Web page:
A device that aids in the removal of heat from electronic equipment, and is particularly important when heat is generated in a small area, or when devices such as power transistors, rectifiers and microprocessors are operated. Heat sinks may be added to components, or to complete assemblies. Typically they are made of metal with high thermal conductivity, and the removal of heat may be assisted by built-in fans as well as depending on natural or forced convection.
Facility to provide cooling of PAR and MSR components while "buttoned up" during a nuclear attack. Water for component cooling was re-circulated through an underground storage cavern where its heat was dumped. Photo (B20).
a device, usually made of metal, brought into contact with the hot surface of a component, such as a microprocessor chip, in order to aid the cooling of that componentthrough thermal dissipation by conduction and convection
a device, usually made of metal, brought into contact with the hot surface of a component, such as a microprocessor chip , to help cool that component through thermal dissipation by conduction and convection
A device for dissipating heat; it absorbs heat by conduction from heat producing devices and dissipates heat by means of convection. Heat sinks are common inside fire service thermal imagers to help maintain proper operating temperatures.
A metal mass with fins designed to absorb heat from a 'busy' and therefore hot device, eg the microprocessor in a PC, for which a small fan helps the process, and radiate this heat away safely into the ambient air.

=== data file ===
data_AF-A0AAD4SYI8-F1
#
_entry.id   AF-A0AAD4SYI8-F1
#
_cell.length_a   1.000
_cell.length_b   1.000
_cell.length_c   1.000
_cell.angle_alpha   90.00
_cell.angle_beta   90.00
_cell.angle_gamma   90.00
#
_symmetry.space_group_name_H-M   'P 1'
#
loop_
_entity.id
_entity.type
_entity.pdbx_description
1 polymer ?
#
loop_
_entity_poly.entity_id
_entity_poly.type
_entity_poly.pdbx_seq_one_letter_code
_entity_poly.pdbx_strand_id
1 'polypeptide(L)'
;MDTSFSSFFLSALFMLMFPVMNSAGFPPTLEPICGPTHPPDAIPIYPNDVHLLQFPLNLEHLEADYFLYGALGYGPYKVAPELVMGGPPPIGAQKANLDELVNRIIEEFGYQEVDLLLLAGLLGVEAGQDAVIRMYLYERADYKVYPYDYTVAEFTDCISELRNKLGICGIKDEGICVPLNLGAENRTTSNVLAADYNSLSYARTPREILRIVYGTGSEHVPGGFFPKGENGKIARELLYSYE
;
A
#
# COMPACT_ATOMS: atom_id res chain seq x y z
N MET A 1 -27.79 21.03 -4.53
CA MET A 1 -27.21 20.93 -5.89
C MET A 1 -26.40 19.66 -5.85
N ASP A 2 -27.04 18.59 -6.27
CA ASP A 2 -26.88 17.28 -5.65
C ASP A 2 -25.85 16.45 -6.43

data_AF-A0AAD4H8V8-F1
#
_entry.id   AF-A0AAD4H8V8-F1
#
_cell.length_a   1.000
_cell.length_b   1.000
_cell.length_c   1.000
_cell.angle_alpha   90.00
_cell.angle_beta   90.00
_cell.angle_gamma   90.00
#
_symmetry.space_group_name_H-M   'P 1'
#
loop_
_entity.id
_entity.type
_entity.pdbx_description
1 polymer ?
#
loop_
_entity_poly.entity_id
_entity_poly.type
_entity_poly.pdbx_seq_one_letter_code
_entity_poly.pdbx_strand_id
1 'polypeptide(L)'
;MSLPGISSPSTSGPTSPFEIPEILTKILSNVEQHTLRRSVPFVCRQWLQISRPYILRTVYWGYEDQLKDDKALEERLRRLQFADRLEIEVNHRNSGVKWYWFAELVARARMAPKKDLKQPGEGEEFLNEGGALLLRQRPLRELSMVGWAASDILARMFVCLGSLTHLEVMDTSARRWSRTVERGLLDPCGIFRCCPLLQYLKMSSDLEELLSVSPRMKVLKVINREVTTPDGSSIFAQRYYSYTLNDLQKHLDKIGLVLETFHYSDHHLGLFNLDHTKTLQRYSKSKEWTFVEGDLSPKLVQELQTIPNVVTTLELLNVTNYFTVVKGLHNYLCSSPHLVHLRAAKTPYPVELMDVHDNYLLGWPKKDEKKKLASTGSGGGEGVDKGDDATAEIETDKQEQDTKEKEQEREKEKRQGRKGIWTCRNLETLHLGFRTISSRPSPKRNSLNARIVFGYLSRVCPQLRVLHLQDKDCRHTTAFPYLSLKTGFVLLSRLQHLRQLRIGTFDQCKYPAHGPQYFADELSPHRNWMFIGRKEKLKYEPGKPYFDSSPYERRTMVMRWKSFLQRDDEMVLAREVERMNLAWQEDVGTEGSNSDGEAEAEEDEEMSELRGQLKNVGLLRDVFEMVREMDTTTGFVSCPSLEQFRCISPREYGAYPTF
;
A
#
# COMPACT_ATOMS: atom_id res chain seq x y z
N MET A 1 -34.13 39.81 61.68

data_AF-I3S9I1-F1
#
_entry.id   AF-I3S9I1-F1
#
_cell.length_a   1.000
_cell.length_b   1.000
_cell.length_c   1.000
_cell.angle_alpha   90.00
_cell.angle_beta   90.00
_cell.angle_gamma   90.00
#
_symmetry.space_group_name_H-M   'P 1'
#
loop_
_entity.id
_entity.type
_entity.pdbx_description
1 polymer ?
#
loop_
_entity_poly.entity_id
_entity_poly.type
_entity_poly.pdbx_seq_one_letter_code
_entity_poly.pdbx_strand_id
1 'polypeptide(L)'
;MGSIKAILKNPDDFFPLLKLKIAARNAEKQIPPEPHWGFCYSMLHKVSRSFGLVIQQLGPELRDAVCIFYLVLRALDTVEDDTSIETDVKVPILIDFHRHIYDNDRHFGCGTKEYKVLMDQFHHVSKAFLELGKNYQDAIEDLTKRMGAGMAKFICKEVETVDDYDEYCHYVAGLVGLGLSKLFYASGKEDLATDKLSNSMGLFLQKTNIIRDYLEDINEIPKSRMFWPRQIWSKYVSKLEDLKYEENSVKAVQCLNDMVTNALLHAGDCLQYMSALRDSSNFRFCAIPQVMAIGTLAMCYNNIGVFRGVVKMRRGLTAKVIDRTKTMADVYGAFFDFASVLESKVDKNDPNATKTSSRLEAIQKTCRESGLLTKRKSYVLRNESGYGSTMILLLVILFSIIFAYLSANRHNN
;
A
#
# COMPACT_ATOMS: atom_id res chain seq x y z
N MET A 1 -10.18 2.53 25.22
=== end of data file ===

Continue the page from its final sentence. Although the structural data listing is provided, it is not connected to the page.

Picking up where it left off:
a phenomenon whereby cancerous tissue cools at different rates because of its distance from large blood vessels. A constant supply of warm blood circulating nearby and diffusing heat to the lesion can inhibit the freeze process.
a component generally made of aluminum or a zinc alloy and having fins designed to lower the temperature of an electronic device to which it is attached by dissipating heat into the surrounding air; most modern motherboards require either a heat sink, fan, or both.
A device that radiates or draws heat away from a source, such as a transistors or power diode. Heat sinks are used to increase effective surface area, which increases heat radiating capability, of components. Heat sinks are made of high-thermal-conductivity metals, usually aluminum.
A substance to which heat energy is transferred. A heat sink has a lower level of heat energy (slower moving molecules) than the surrounding material; heat energy travels from one area of high concentration to that of lower concentration
process, or region, in which energy is removed from the atmosphere in the form of heat. Russian translation prepared by Nina A. Zaitseva for the Arctic Climatology Project Arctic Meteorology and Climate Atlas.
A structure that is mechanically attached to a device that generates heat, in order to lower the overall thermal impedance between the point source of the heat within the device and its cooler surroundings.